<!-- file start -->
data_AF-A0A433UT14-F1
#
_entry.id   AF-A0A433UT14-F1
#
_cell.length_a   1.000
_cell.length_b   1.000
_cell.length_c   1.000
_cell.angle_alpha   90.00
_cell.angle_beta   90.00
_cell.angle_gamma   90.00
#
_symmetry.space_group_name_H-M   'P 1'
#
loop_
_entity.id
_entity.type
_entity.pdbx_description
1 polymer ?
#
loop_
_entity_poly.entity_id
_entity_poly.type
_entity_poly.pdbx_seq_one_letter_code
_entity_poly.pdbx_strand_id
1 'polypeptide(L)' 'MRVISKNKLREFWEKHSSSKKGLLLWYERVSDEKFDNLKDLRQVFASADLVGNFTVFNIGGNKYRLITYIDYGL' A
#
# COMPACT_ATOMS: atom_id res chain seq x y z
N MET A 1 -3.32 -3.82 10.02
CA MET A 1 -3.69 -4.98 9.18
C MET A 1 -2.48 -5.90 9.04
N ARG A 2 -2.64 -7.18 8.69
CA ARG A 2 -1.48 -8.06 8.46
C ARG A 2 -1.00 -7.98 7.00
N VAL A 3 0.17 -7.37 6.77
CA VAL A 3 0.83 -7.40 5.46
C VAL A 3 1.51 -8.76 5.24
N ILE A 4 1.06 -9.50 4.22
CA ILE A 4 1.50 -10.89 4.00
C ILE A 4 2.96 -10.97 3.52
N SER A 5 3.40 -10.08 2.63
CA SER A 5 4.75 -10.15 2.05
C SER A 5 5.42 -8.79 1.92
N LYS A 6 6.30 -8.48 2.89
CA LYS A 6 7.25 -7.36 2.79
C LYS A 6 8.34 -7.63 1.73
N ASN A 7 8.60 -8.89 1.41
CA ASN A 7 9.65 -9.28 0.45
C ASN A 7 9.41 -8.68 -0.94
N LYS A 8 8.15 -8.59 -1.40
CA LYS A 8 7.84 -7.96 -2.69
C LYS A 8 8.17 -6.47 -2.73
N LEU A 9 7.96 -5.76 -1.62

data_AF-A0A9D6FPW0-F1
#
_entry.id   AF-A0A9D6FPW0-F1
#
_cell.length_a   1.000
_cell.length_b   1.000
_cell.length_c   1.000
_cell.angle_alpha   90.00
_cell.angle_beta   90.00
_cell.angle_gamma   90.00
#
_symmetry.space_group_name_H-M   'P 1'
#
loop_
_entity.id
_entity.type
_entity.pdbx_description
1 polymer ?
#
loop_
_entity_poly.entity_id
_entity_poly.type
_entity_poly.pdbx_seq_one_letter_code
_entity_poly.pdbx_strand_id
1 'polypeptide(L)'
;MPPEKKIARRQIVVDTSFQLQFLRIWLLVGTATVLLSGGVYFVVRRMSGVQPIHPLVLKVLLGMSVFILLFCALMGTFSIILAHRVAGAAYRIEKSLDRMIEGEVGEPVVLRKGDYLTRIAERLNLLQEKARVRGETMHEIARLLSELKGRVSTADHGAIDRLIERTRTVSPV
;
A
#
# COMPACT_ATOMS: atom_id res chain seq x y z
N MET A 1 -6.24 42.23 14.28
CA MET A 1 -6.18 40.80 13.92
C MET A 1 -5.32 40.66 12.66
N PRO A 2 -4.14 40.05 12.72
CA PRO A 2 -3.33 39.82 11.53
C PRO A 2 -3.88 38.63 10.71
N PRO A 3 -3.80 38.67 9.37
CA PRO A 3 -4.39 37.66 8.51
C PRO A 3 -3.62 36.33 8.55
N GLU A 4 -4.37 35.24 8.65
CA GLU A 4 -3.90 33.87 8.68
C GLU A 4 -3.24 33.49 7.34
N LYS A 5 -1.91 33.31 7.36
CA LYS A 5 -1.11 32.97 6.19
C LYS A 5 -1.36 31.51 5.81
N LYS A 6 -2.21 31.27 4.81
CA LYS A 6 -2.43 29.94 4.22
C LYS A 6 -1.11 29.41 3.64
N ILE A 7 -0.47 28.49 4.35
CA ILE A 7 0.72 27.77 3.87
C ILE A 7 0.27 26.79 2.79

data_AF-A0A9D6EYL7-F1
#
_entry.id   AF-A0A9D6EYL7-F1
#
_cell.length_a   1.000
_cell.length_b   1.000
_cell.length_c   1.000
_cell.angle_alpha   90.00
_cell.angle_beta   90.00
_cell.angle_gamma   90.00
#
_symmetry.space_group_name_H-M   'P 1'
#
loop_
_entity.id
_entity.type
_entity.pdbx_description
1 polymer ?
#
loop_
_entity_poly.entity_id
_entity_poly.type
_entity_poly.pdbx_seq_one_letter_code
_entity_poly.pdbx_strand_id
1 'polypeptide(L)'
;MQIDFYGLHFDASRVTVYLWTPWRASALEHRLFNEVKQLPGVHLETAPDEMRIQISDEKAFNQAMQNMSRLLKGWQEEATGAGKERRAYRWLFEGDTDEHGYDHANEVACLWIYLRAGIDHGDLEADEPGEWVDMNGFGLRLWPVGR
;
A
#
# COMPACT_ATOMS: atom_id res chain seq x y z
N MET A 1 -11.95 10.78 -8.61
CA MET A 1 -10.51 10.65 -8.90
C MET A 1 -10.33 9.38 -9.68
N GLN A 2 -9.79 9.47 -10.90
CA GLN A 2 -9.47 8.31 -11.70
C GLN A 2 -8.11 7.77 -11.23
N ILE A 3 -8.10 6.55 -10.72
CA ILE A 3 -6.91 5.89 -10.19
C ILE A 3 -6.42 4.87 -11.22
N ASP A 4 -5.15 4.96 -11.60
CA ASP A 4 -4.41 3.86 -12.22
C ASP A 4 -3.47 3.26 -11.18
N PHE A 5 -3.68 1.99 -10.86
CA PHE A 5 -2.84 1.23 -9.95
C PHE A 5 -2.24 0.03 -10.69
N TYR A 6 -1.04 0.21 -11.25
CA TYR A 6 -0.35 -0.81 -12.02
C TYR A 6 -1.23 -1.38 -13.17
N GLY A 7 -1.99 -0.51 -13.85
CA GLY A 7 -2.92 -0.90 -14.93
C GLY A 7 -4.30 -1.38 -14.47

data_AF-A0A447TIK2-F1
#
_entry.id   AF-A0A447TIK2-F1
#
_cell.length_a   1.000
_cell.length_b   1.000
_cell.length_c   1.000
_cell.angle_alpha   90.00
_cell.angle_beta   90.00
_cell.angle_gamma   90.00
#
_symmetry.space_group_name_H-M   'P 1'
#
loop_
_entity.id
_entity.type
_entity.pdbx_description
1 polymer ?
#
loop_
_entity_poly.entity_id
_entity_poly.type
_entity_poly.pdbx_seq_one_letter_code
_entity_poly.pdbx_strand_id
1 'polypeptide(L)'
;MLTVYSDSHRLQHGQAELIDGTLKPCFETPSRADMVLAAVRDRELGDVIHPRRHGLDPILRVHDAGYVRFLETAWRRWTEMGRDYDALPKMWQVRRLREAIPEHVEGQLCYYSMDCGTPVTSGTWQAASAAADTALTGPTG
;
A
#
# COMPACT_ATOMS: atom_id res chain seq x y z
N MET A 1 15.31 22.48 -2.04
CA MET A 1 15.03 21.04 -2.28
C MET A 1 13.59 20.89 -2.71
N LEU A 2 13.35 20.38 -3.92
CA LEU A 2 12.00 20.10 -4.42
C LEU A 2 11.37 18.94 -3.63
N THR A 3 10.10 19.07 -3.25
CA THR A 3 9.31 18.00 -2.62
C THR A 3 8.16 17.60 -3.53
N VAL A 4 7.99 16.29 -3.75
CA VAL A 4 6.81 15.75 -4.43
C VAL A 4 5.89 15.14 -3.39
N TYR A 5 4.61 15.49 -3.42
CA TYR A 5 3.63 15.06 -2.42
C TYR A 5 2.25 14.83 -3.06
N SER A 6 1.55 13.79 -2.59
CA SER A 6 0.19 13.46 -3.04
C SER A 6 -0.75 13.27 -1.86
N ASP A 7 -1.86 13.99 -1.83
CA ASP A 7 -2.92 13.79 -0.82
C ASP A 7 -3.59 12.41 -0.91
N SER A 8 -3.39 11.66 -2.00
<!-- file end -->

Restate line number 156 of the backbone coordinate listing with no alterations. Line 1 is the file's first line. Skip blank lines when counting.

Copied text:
#